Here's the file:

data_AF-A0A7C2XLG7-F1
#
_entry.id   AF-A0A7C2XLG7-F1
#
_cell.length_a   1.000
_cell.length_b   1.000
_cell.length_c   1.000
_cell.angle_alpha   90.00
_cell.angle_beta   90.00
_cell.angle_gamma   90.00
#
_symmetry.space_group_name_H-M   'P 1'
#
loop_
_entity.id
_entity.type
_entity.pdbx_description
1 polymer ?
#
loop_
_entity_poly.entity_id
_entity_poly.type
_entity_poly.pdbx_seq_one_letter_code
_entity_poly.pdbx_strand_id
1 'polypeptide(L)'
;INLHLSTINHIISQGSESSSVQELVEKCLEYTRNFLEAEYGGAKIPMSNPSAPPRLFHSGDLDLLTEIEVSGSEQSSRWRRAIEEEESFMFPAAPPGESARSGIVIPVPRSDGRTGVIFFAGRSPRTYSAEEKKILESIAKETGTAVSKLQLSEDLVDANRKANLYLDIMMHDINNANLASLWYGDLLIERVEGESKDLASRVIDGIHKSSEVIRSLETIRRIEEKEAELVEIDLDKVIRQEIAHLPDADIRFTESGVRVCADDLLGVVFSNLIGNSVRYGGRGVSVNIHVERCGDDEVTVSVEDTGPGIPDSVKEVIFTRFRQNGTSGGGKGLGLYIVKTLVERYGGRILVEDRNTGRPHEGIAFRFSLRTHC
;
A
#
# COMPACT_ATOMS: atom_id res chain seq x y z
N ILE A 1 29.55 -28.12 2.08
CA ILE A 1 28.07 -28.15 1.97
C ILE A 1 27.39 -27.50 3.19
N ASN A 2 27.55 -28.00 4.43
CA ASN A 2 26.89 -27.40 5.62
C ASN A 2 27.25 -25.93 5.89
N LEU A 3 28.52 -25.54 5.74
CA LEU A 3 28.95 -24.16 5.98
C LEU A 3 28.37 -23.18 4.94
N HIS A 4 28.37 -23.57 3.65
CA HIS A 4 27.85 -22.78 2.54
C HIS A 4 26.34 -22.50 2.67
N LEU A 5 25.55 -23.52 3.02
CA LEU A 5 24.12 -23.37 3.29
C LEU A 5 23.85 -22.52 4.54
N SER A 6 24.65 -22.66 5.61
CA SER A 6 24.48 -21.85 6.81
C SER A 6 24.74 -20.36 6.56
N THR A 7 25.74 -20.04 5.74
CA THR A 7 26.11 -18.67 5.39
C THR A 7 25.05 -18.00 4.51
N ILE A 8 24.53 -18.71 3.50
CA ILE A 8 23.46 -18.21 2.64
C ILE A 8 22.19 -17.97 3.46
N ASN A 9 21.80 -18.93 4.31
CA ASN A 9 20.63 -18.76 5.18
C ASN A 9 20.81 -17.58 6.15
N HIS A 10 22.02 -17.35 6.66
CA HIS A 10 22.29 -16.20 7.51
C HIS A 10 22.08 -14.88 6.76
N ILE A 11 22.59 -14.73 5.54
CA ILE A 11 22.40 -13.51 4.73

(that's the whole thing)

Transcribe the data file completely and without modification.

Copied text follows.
data_AF-A0A7C2XLG7-F1
#
_entry.id   AF-A0A7C2XLG7-F1
#
_cell.length_a   1.000
_cell.length_b   1.000
_cell.length_c   1.000
_cell.angle_alpha   90.00
_cell.angle_beta   90.00
_cell.angle_gamma   90.00
#
_symmetry.space_group_name_H-M   'P 1'
#
loop_
_entity.id
_entity.type
_entity.pdbx_description
1 polymer ?
#
loop_
_entity_poly.entity_id
_entity_poly.type
_entity_poly.pdbx_seq_one_letter_code
_entity_poly.pdbx_strand_id
1 'polypeptide(L)'
;INLHLSTINHIISQGSESSSVQELVEKCLEYTRNFLEAEYGGAKIPMSNPSAPPRLFHSGDLDLLTEIEVSGSEQSSRWRRAIEEEESFMFPAAPPGESARSGIVIPVPRSDGRTGVIFFAGRSPRTYSAEEKKILESIAKETGTAVSKLQLSEDLVDANRKANLYLDIMMHDINNANLASLWYGDLLIERVEGESKDLASRVIDGIHKSSEVIRSLETIRRIEEKEAELVEIDLDKVIRQEIAHLPDADIRFTESGVRVCADDLLGVVFSNLIGNSVRYGGRGVSVNIHVERCGDDEVTVSVEDTGPGIPDSVKEVIFTRFRQNGTSGGGKGLGLYIVKTLVERYGGRILVEDRNTGRPHEGIAFRFSLRTHC
;
A
#
# COMPACT_ATOMS: atom_id res chain seq x y z
N ILE A 1 29.55 -28.12 2.08
CA ILE A 1 28.07 -28.15 1.97
C ILE A 1 27.39 -27.50 3.19
N ASN A 2 27.55 -28.00 4.43
CA ASN A 2 26.89 -27.40 5.62
C ASN A 2 27.25 -25.93 5.89
N LEU A 3 28.52 -25.54 5.74
CA LEU A 3 28.95 -24.16 5.98
C LEU A 3 28.37 -23.18 4.94
N HIS A 4 28.37 -23.57 3.65
CA HIS A 4 27.85 -22.78 2.54
C HIS A 4 26.34 -22.50 2.67
N LEU A 5 25.55 -23.52 3.02
CA LEU A 5 24.12 -23.37 3.29
C LEU A 5 23.85 -22.52 4.54
N SER A 6 24.65 -22.66 5.61
CA SER A 6 24.48 -21.85 6.81
C SER A 6 24.74 -20.36 6.56
N THR A 7 25.74 -20.04 5.74
CA THR A 7 26.11 -18.67 5.39
C THR A 7 25.05 -18.00 4.51
N ILE A 8 24.53 -18.71 3.50
CA ILE A 8 23.46 -18.21 2.64
C ILE A 8 22.19 -17.97 3.46
N ASN A 9 21.80 -18.93 4.31
CA ASN A 9 20.63 -18.76 5.18
C ASN A 9 20.81 -17.58 6.15
N HIS A 10 22.02 -17.35 6.66
CA HIS A 10 22.29 -16.20 7.51
C HIS A 10 22.08 -14.88 6.76
N ILE A 11 22.59 -14.73 5.54
CA ILE A 11 22.40 -13.51 4.73